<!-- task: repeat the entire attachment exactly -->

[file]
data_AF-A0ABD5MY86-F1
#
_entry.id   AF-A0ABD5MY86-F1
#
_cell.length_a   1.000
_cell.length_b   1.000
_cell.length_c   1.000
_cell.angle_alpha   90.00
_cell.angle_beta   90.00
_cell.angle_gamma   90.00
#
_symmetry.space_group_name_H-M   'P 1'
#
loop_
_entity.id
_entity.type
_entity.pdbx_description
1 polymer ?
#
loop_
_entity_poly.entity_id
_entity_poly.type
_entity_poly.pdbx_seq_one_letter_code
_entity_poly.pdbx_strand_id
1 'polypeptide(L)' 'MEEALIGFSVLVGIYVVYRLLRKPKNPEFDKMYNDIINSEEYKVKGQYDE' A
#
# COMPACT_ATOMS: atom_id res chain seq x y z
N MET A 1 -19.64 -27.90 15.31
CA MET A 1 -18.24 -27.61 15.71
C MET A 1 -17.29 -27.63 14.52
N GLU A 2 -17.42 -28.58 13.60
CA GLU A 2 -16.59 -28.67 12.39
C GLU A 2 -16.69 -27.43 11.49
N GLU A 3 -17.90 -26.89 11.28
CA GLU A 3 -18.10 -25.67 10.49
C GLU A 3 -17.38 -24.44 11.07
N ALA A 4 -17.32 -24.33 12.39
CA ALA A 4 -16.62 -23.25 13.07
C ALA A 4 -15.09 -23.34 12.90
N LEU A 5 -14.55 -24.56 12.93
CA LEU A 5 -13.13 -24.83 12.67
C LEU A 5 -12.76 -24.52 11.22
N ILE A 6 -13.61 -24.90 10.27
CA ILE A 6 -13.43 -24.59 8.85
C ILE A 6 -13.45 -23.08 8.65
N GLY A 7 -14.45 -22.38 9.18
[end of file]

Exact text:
data_AF-A0ABD5MY86-F1
#
_entry.id   AF-A0ABD5MY86-F1
#
_cell.length_a   1.000
_cell.length_b   1.000
_cell.length_c   1.000
_cell.angle_alpha   90.00
_cell.angle_beta   90.00
_cell.angle_gamma   90.00
#
_symmetry.space_group_name_H-M   'P 1'
#
loop_
_entity.id
_entity.type
_entity.pdbx_description
1 polymer ?
#
loop_
_entity_poly.entity_id
_entity_poly.type
_entity_poly.pdbx_seq_one_letter_code
_entity_poly.pdbx_strand_id
1 'polypeptide(L)' 'MEEALIGFSVLVGIYVVYRLLRKPKNPEFDKMYNDIINSEEYKVKGQYDE' A
#
# COMPACT_ATOMS: atom_id res chain seq x y z
N MET A 1 -19.64 -27.90 15.31
CA MET A 1 -18.24 -27.61 15.71
C MET A 1 -17.29 -27.63 14.52
N GLU A 2 -17.42 -28.58 13.60
CA GLU A 2 -16.59 -28.67 12.39
C GLU A 2 -16.69 -27.43 11.49
N GLU A 3 -17.90 -26.89 11.28
CA GLU A 3 -18.10 -25.67 10.49
C GLU A 3 -17.38 -24.44 11.07
N ALA A 4 -17.32 -24.33 12.39
CA ALA A 4 -16.62 -23.25 13.07
C ALA A 4 -15.09 -23.34 12.90
N LEU A 5 -14.55 -24.56 12.93
CA LEU A 5 -13.13 -24.83 12.67
C LEU A 5 -12.76 -24.52 11.22
N ILE A 6 -13.61 -24.90 10.27
CA ILE A 6 -13.43 -24.59 8.85
C ILE A 6 -13.45 -23.08 8.65
N GLY A 7 -14.45 -22.38 9.18